Last edited: Oct 30, 2014
  5. Oct 30, 2014 #4

    Bandersnatch

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    Take the Schwartzschild radius equation. It shows that doubling the mass increases the rs by the same factor. At the same time, doubling the mass of a uniform sphere of material increases its radius by ##\sqrt[3]{2}##.

    So, even if you start with the assumption that physical state of the material beyond the event horizon remains unchanged, a black hole accreting more mass will have its Schwartzschild radius grow much faster than the radius of the hypothetical uniform sphere of matter contained within.

    Your calculations merely show that for a given density, there is a radius of a sphere made of that material when it becomes a black hole. The less dense the material, the higher the radius. It's no surprise that for a neutron star-like material you get the kind of ballpark mass required for black hole formation.
    You can use this to find out how dense e.g., an object of the size of the Milky way would have to be for that to happen. It's also one of the reasons Star Wars-style dogfights make so little sense, as you can calculate just how soon would an air-like medium-filled stretch of space end up as a black hole.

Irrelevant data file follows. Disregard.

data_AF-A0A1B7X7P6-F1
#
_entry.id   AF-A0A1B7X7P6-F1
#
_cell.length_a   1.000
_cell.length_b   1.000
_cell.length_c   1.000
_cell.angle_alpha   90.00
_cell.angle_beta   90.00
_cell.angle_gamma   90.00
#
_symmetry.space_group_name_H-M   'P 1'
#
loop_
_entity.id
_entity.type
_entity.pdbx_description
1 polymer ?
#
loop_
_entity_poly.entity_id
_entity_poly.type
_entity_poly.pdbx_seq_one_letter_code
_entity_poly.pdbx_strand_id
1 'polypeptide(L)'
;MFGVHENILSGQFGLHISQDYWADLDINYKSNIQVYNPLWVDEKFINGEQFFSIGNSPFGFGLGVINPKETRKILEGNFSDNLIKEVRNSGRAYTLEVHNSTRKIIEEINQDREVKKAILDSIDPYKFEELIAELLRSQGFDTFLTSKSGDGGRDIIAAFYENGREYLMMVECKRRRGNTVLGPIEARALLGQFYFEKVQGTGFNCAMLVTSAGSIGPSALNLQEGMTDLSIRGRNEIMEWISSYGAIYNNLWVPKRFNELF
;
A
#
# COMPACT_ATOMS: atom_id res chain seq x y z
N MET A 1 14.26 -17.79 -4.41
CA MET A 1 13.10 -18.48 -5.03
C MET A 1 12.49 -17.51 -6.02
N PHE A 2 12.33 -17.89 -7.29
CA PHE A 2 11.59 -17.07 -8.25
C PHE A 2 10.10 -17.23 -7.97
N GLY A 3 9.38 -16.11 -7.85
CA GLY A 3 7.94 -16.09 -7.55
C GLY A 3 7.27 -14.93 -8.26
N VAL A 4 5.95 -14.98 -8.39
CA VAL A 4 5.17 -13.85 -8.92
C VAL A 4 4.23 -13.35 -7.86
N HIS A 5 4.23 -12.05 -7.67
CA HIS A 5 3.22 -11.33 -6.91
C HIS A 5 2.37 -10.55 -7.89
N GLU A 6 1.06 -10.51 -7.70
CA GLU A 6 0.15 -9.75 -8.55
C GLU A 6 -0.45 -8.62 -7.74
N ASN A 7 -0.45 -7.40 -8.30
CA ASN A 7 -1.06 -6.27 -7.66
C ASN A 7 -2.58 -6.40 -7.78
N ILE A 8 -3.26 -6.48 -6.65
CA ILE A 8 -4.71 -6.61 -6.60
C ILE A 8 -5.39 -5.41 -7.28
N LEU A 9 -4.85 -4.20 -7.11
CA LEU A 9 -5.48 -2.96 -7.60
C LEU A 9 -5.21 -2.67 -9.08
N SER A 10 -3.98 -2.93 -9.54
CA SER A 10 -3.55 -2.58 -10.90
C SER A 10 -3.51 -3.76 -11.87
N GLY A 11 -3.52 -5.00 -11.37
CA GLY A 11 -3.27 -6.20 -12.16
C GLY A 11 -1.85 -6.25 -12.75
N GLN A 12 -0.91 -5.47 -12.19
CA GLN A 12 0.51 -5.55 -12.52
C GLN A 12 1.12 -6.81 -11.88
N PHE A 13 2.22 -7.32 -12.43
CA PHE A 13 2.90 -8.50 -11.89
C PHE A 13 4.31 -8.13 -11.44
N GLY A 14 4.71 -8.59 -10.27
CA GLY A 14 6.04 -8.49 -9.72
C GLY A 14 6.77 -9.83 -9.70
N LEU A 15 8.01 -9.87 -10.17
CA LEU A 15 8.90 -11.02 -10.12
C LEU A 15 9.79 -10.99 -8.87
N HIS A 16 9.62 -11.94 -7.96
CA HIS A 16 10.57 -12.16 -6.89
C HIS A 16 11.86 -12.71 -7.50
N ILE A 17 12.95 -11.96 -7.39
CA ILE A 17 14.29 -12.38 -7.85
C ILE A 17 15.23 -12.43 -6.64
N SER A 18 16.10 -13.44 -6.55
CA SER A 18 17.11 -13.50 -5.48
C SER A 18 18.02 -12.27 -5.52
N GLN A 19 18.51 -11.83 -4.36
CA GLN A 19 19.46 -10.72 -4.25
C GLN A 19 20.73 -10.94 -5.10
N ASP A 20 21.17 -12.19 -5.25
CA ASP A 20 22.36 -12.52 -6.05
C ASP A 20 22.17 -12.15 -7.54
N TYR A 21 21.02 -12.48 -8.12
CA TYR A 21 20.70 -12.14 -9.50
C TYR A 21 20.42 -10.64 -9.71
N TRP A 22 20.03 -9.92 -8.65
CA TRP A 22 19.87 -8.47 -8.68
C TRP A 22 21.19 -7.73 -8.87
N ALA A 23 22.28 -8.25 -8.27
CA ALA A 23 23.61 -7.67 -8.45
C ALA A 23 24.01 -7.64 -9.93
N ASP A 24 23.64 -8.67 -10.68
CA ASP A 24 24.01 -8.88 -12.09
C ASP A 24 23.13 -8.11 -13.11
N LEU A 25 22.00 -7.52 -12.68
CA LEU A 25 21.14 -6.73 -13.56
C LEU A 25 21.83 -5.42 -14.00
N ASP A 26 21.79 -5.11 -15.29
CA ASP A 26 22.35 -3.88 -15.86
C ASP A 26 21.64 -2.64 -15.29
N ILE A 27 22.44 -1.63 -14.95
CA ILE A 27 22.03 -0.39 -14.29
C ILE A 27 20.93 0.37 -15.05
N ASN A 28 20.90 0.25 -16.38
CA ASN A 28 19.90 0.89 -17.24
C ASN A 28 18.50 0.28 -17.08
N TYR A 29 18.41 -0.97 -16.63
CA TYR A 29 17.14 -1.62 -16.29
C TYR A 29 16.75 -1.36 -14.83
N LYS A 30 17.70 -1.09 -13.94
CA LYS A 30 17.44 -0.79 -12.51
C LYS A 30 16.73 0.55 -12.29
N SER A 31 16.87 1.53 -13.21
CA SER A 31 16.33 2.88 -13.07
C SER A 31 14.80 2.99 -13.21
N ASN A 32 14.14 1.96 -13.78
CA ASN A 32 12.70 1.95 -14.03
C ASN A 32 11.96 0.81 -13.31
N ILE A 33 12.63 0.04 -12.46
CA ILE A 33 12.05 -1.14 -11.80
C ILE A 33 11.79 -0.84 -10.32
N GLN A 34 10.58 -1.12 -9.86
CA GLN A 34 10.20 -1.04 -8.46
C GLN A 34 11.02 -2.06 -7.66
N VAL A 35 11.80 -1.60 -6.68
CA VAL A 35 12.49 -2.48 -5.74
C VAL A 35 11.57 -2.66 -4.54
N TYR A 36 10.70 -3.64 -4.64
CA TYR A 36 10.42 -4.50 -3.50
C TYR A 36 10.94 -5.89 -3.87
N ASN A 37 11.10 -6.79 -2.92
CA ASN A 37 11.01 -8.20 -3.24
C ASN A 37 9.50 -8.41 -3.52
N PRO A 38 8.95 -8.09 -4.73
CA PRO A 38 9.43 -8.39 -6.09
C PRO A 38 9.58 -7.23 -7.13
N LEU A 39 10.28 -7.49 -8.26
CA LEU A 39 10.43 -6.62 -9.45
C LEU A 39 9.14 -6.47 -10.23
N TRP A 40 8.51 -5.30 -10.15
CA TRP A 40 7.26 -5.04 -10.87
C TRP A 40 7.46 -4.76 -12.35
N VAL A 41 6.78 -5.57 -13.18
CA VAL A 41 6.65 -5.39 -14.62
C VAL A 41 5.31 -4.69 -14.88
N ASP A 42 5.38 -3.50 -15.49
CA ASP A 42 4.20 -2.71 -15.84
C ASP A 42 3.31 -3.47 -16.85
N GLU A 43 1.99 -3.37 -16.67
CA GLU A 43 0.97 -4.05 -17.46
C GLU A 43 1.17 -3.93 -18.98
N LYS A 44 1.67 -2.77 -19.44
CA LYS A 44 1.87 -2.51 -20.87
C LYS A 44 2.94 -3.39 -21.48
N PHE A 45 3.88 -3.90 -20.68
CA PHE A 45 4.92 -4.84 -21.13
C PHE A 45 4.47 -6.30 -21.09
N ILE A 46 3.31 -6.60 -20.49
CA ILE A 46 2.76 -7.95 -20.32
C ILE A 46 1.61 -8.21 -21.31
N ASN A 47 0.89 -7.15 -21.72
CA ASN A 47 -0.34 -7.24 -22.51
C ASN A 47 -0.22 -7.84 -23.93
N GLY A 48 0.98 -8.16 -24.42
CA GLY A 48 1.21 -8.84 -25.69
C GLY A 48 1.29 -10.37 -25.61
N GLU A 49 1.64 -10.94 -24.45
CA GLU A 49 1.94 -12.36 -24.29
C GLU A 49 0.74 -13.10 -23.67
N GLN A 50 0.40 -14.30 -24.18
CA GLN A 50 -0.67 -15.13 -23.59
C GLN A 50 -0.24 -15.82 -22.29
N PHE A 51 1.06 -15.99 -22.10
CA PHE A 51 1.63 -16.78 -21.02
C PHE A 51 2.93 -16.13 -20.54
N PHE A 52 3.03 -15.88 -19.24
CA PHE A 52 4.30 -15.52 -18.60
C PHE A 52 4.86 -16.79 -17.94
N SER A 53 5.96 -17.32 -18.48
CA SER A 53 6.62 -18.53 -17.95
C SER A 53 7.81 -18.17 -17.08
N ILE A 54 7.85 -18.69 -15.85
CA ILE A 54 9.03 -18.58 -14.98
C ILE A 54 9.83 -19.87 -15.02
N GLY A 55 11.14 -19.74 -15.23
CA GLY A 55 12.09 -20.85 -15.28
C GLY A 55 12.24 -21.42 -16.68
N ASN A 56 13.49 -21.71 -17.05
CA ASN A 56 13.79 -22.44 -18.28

On the other hand, there were some recent papers on possible evolution of black holes resulting in essentially very similar outcome to what you postulated. Search the forum or arxiv for "planck stars".
     
    Last edited by a moderator: Oct 31, 2014
  6. Oct 30, 2014 #5
    Have I made a mistake? If [itex]r_s[/itex] grew faster than [itex]r[/itex] for constant density, then [itex]r \geq r_s[/itex] could not occur when starting with [itex]r < r_s[/itex], right?

    by the way, thanks for the mention of planck stars. I will be looking into that.
     
  7. Oct 30, 2014 #6

    Bandersnatch

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    That's correct. If you start with all mass within its ##r_s## then it'll never grow out of it due to accretion. However, if you start with a sphere of mass whose radius is greater than ##r_s##, and allow it to accrete, then it'll eventually turn into a black hole.
    As far as I can see the only mistake you've made is with the interpretation of the equations.
     
  8. Oct 30, 2014 #7
    Ok, so I checked to see what [itex]r[/itex] would have to be for [itex]\frac{dr_s}{dm} \leq \frac{dr}{dm}[/itex] with constant [itex]\rho[/itex]. This yielded

    [itex]r \leq (\frac{8\pi G \rho}{c^2})^{-1/2}[/itex]

    and by substituting in the expression for [itex]r[/itex] where [itex]r = r_s[/itex] (from above) in order to solve for a value of [itex]\rho[/itex] which satisfies [itex]r = r_s[/itex] and [itex]\frac{dr_s}{dm} \leq \frac{dr}{dm}[/itex] , I found it is only true for when [itex]3 \leq 1[/itex].

    Therefore I admit defeat.

    Thanks for your comments!